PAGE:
<img height="1" width="1" style="display:none" src="https://www.facebook.com/tr?id=1148227851863248&amp;ev=PageView&amp;noscript=1">
toggle mobile navigation

Halloween Safety for Everyone

Posted by Brian Kiley on Oct 24, 2013 1:58:00 PM

Halloween

Pedestrian safety should always be a concern for drivers since each year, 65,000 pedestrians are injured and 4,500 are killed. With Halloween just around the corner, more pedestrians will be out and about, and many of them will be children. 

Every Halloween, I hear about the safety of the treats children receive, protecting them from child predators, and the high amount of sugar they consume. While these are certainly very real concerns, my biggest fear has always been the safety of children and parents as they go from house to house. Fortunately, there are things we can do as both pedestrians and as drivers to keep people safe this Halloween.

Drivers

  • Know the trick or treating dates and times in your community. Due to school schedules, many communities observe trick or treating on the weekend. 
  • Drive with your lights on even if it’s not dark yet. 
  • Don’t use your cell phone or other devices that might distract you. 
  • Drive below the posted speed limits, especially in residential neighborhoods.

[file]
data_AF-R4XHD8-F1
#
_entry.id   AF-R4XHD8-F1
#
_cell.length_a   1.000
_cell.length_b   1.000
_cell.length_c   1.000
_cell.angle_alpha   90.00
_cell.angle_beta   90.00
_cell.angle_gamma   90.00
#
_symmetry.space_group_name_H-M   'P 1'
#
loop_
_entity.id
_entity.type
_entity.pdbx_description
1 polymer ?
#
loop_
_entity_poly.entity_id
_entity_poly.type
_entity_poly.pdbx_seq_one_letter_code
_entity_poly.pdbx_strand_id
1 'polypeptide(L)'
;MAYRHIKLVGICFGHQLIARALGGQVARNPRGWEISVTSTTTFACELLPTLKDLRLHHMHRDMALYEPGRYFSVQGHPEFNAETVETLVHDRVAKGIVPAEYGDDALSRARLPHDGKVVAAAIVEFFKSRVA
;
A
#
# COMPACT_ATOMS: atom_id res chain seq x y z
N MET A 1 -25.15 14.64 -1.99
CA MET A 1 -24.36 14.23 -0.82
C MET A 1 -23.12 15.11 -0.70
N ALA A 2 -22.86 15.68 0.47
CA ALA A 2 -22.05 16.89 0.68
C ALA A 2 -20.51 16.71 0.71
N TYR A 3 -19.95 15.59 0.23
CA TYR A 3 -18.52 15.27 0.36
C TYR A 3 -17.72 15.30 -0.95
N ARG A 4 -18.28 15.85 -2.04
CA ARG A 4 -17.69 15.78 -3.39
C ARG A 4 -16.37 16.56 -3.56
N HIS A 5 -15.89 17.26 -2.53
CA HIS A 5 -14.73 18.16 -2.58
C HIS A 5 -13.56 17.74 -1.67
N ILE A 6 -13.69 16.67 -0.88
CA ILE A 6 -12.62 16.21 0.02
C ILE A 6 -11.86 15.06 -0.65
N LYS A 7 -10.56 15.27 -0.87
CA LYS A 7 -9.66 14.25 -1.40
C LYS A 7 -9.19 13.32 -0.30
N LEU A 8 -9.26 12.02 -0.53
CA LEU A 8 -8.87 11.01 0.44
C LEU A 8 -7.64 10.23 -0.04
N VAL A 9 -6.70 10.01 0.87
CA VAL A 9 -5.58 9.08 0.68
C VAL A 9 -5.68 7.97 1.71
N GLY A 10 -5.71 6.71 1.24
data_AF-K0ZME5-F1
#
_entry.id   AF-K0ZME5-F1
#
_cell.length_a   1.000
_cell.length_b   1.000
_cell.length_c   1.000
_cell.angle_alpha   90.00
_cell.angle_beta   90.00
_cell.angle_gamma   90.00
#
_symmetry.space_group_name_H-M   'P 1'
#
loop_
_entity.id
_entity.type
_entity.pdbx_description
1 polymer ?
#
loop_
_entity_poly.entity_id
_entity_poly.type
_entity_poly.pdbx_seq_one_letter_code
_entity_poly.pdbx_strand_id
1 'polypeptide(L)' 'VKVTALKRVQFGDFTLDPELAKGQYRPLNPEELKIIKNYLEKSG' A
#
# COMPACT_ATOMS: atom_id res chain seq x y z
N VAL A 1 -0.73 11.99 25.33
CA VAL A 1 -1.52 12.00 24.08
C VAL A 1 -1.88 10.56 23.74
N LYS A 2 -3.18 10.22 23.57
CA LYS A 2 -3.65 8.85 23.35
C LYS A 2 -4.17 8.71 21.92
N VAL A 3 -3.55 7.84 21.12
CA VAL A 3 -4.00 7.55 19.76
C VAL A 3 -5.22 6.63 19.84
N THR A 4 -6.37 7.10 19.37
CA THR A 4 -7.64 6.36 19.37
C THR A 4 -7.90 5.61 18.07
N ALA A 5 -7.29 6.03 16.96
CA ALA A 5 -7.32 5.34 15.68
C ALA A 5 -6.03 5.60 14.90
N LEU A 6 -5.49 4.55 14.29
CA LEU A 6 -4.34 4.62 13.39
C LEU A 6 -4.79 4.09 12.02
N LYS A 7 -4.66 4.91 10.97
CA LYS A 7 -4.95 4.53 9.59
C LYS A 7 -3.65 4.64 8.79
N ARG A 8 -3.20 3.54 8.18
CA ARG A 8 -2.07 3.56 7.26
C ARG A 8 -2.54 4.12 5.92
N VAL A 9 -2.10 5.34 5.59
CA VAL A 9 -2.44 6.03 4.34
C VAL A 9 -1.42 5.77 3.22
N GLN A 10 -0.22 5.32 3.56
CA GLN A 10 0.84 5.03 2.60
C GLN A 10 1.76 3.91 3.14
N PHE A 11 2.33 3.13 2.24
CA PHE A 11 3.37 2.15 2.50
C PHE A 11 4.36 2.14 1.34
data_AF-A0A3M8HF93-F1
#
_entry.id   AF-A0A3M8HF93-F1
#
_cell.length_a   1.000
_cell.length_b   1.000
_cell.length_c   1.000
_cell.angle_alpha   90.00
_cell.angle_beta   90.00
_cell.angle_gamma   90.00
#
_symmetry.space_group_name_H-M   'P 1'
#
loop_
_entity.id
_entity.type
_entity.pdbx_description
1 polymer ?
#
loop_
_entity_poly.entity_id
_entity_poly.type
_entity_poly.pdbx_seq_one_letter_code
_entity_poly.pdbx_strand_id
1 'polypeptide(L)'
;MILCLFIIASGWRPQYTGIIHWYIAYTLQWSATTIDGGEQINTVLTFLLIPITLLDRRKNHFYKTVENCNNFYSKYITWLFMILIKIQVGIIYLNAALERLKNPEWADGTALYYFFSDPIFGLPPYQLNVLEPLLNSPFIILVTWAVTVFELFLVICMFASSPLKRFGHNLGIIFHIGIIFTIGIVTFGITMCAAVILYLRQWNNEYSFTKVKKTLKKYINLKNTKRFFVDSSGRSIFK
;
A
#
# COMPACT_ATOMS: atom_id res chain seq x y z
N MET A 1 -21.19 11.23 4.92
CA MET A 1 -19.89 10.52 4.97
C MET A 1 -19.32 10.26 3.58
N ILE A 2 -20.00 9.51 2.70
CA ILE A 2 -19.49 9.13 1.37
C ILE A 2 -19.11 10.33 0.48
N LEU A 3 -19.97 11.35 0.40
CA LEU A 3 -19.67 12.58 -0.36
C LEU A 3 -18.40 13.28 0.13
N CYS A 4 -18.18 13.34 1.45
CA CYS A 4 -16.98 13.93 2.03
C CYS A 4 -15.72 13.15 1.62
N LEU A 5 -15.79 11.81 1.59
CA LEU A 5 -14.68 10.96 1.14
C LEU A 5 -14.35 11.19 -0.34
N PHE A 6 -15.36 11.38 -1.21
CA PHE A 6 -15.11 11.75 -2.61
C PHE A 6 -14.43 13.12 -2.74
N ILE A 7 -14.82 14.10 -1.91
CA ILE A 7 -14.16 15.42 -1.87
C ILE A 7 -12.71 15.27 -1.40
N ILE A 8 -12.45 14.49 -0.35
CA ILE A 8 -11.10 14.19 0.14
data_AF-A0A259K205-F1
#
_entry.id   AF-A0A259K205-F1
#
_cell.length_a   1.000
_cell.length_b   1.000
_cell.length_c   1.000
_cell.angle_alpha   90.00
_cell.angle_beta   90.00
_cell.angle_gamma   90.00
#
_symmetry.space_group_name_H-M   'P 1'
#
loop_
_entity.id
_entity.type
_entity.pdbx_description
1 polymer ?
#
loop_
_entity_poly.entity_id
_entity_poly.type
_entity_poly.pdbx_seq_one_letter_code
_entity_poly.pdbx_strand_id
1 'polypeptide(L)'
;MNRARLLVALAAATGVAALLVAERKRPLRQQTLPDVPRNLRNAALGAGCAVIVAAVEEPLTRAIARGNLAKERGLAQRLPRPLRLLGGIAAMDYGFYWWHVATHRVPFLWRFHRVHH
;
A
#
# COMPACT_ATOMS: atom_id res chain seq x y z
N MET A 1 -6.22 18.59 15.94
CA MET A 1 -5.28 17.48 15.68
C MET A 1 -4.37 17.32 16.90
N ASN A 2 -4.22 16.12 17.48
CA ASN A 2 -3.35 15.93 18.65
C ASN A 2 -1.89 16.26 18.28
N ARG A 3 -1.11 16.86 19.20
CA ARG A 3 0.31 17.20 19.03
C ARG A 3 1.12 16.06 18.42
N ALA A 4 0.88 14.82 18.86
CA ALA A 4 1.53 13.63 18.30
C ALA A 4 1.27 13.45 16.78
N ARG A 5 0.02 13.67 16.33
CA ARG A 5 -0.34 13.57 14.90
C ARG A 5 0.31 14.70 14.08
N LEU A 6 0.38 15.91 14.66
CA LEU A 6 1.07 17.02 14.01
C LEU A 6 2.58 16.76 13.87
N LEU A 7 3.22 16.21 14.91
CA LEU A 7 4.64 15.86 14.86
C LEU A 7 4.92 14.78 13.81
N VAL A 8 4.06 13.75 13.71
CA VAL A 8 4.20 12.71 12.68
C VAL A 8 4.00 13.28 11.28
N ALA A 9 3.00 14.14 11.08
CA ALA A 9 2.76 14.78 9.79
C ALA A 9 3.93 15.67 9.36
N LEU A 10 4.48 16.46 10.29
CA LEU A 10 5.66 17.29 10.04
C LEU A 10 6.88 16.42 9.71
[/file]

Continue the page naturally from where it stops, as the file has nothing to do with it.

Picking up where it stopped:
• Watch out for pedestrians walking on the streets.
  • Watch for children as they’ll often dart between parked cars. This is an exciting time and, in their enthusiasm, they may forget to look both ways.
  • Look out for children wearing dark costumes, especially at night. 
  • Use extra caution especially when making turns into driveways and neighborhoods.

 Parents

  • Every child under age 12 should be accompanied by an adult.
  • Develop a planned route and instruct your children ahead of time.
  • Educate and remind your children about pedestrian safety.
  • Use sidewalks instead of roads, and crosswalks rather than running across the street. Walk, don’t run, especially from between parked vehicles.
  • Instruct children to be aware of vehicles while crossing the street and always look both ways. 
  • Wear light-colored clothing so you’re more visible. Clothing should be short enough that it doesn’t pose a tripping hazard. 
  • Have your child carry a flashlight. 
  • Make sure masks don’t obstruct your child’s vision. Consider using makeup instead of a mask.

Halloween can be entertaining for children and adults. But remember, safety is EVERYONE’S responsibility. So, whether you’re a driver or a pedestrian, be safe and aware so we can all make this Halloween enjoyable!

This blog was written by Phil Rigsby, a Loss Prevention Representative for West Bend.

Topics: Auto Safety, phillip Rigsby, Halloween, Halloween Safety